Speaking satellite: Galois LFSR

Introduction

Along with the Fibonacci Linear Feedback Shift Register (LFSR) algorithm, a Galois-based can also be created. In fact, the Galois algorithm is more computationally efficient than the Fibonacci algorithm, and it is also used in validating the IS-GPS-200 standards.

While building any algorithm, it is always helpful to have values to validate against. With many algorithms, this is easy — the algorithms typically exist in multiple programming languages, and intermediate states can be easily calculated by hand. However, this is not the case with the Galois-based LFSR routine. For this reason, I will cover Galois LFSR algebraic algorithm and the first twenty shift register states.

The algorithm

Equations describing the Galois LFSR algorithm are given below for a given iteration k:

S_0[k]=a_0y[k-1]

S_j[k]=S_{j-1}[k-1]\oplus a_j \cdot y[k-1], j>0

y[k]=S_{N-1}[k]

Here, the S represents a particular value of the shift register at position j (with indexing starting at zero), a_j is the j^{th} polynomial coefficient, and y[k-1] is the output value of the previous iteration. Finally, \oplus represents the XOR logic function.

Exemplifying the Galois LFSR algorithm

The setup

Consider the Galois LFSR algorithm used for L2 CM phase code assignments of the IIR-M satellite block. The algorithm uses the following polynomial; note that the powers of the polynomial begin indexing at 1. Additionally, the (1) leading the polynomial simply represents x^0 (since x^0 = 1), and does not correspond to a coefficient within the algorithm.

f(x)=1+x^3+x^4+x^5+x^6+x^9+x^{11}+x^{13}+x^{16}+x^{19}+x^{21}+x^{24}+x^{27}

giving rise to an array of polynomial coefficients:

a=[0,0,1,1,1,1,0,0,1,0,1,0,1,0,0,1,0,0,1,0,1,0,0,1,0,0,1]

It should be further noted that this polynomial is valid only for the Fibonacci LFSR algorithm; to properly implement in a Galois LFSR, vector a needs to be reversed.

For SVD=10 and PRN=10, the initial L2:CM shift register state state is defined as the octal value 733031046. Converting the octal value to binary, an initial state of S[0] = 111011011000011001000100110 is reached. Since no LFSR algorithms have been applied to the starting state, this also matches the shift register state at iteration 0 in the table below. Also shown in the table is the starting output value, or y[k=0]=0.

The first iteration

With the initial shift register state and output value in hand, the second iteration can be constructed. Starting with the first value (S_{j=0}) of the k=1 iteration, S_0[k]=a_0 \cdot y[k-1] becomes S_0[1]= 0 \cdot 0 = 0.

Similarly, the second value, S_{j=1}[k=1] is obtained from the previous equation set. Specifically, S_j[k]=S_{j-1}[k-1]\oplus a_jy[k-1] becomes S_1[1]=S_{0}[0] \oplus 0 \cdot 0 = 1 XOR (0 \cdot 0) = 1 XOR 0 = 1. This process is repeated until all 27 digits of the shift register have been updated. Lastly, the new output value y[k=1] is defined as the last value in the newly modified shift register; in this case, that value happens to be 1.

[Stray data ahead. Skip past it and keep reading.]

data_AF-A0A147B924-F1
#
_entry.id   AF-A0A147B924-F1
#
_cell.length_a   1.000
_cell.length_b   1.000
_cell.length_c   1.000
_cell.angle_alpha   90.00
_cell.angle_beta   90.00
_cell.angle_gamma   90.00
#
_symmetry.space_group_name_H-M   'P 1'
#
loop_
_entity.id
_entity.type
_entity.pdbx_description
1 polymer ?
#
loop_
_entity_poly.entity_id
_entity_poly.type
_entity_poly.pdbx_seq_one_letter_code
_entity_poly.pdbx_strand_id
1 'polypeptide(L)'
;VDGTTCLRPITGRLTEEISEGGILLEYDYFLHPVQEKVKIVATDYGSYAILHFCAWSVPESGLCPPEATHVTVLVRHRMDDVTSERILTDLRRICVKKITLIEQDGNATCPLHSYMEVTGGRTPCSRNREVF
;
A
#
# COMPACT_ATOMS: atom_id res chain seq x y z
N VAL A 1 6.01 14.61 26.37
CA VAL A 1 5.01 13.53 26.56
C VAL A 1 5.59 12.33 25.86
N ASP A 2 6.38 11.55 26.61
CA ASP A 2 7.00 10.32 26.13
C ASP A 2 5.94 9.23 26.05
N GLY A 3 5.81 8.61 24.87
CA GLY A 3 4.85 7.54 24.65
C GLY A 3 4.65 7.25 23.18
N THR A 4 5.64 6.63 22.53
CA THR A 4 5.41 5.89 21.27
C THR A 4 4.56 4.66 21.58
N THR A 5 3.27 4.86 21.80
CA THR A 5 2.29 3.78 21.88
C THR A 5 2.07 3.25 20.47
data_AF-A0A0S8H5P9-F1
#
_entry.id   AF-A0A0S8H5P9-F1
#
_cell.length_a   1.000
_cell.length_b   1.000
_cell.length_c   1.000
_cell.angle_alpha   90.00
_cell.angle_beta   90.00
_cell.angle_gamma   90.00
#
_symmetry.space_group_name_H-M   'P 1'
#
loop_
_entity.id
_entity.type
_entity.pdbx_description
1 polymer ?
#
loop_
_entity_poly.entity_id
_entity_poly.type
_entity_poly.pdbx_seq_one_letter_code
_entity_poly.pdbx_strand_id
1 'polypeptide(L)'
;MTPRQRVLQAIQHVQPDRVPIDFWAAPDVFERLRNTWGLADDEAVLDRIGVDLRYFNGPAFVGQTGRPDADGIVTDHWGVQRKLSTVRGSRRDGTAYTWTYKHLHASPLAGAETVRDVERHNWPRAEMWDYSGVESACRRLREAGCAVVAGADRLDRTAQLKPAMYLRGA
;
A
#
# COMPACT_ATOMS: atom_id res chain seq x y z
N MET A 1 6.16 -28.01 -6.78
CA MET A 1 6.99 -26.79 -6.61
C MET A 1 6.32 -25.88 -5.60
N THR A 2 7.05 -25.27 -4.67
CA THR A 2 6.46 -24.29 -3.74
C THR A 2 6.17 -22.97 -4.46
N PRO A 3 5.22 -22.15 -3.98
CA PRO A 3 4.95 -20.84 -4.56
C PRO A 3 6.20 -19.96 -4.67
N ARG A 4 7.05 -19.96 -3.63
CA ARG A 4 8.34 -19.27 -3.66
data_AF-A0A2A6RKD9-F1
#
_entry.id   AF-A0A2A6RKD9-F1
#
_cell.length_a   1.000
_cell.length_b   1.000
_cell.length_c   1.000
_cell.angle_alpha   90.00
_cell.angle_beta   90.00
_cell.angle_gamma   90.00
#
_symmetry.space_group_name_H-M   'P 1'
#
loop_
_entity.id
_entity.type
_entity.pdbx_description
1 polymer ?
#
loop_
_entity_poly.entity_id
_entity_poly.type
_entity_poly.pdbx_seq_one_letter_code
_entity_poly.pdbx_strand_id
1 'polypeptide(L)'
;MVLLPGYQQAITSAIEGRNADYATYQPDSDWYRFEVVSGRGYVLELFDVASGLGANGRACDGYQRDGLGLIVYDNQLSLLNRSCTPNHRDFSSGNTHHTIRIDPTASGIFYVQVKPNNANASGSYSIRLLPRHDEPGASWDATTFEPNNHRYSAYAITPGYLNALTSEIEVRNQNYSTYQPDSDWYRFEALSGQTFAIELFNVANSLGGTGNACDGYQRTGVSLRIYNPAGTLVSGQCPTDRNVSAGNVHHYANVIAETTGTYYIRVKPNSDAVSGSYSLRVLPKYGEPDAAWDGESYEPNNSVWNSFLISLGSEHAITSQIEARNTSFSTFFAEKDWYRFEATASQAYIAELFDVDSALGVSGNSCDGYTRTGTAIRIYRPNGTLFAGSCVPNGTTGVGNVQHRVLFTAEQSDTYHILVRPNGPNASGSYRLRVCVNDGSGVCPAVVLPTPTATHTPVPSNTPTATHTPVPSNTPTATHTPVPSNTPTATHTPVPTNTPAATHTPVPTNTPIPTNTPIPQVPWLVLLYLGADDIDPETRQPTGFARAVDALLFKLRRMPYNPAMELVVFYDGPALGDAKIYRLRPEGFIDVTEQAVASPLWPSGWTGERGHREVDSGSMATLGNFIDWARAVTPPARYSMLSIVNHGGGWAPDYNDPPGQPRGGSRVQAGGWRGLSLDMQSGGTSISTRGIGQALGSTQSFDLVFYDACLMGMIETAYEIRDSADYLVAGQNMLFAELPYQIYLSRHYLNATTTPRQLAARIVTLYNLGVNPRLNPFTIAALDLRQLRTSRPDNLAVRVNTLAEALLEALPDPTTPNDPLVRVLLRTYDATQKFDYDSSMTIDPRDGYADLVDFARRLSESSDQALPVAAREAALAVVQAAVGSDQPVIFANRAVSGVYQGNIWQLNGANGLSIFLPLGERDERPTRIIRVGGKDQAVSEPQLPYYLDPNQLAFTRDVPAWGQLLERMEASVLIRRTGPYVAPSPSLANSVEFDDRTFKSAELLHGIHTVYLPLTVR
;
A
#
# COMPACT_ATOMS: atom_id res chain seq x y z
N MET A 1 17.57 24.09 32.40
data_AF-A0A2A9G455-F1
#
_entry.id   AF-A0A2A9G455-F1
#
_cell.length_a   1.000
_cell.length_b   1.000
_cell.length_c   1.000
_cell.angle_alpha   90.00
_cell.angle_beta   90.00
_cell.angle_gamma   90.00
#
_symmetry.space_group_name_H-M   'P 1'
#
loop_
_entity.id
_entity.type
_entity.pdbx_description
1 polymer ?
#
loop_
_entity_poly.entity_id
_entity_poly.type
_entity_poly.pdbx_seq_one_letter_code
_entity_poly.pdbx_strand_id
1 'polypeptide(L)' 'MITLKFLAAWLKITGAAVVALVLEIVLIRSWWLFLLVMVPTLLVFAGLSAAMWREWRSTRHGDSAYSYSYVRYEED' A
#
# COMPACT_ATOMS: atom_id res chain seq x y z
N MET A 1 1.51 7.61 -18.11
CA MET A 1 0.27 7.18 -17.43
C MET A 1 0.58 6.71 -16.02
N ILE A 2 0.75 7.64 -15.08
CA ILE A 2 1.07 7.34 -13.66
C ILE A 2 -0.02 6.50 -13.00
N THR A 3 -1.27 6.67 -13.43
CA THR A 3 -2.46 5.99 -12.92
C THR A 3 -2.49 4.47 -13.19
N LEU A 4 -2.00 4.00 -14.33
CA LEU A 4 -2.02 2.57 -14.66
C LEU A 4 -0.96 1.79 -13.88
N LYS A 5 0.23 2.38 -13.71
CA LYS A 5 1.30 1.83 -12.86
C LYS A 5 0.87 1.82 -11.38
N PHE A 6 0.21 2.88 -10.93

Shift register computation can be further simplified. When the output of the previous iteration is zero, the product a_j \cdot y[k-1] becomes 0, since y[k-1]=0 and any number multiplied by zero is zero. Therefore, the current shift register value is simply the logical XOR of the value (S_{j-1}[k-1]) and zero. Alternatively, when the output value of the previous iteration (y[k-1]=0) is one, the current position value of this iteration’s shift register is the logical XOR of S_{j-1}[k-1] and the current index within the coefficient vector, a_j, since a_j \cdot y[k-1] is simply a_j.

The first 20 iterations

The table below lists the first 20 shift register states for the L2CM code phase assignments of the IIR-M, IIF, and subsequent satellite blocks with PRN=10.

IterationOutputShift register state
00111011011000011001000100110
11011101101100001100100010011
21101010011111001100110110101
30110001100110101100111100110
41011000110011010110011110011
51101000110000100001101000101
60110000110001011010010011110
71011000011000101101001001111
81101000100101011100000011011
91110000111011100100100110001
100111100110100111000110100100
110011110011010011100011010010
121001111001101001110001101001
130100011001111101101100001000
140010001100111110110110000100
150001000110011111011011000010
161000100011001111101101100001
170100110100101110100010001100
180010011010010111010001000110
191001001101001011101000100011
The first 20 shift registration states returned by the Galois encoding algorithm for the L2:CM signal.

Conclusion

In closing, the Galois LFSR algorithm is a beautiful technique to produce pseudo-randomized binary values while maintaining a very level of predictability, orthogonality, and simplicity. I hope this walk-through of the algorithm and the first twenty shift register states have been helpful! Feel free to drop a comment below with a question or other information you would like to see in this section!

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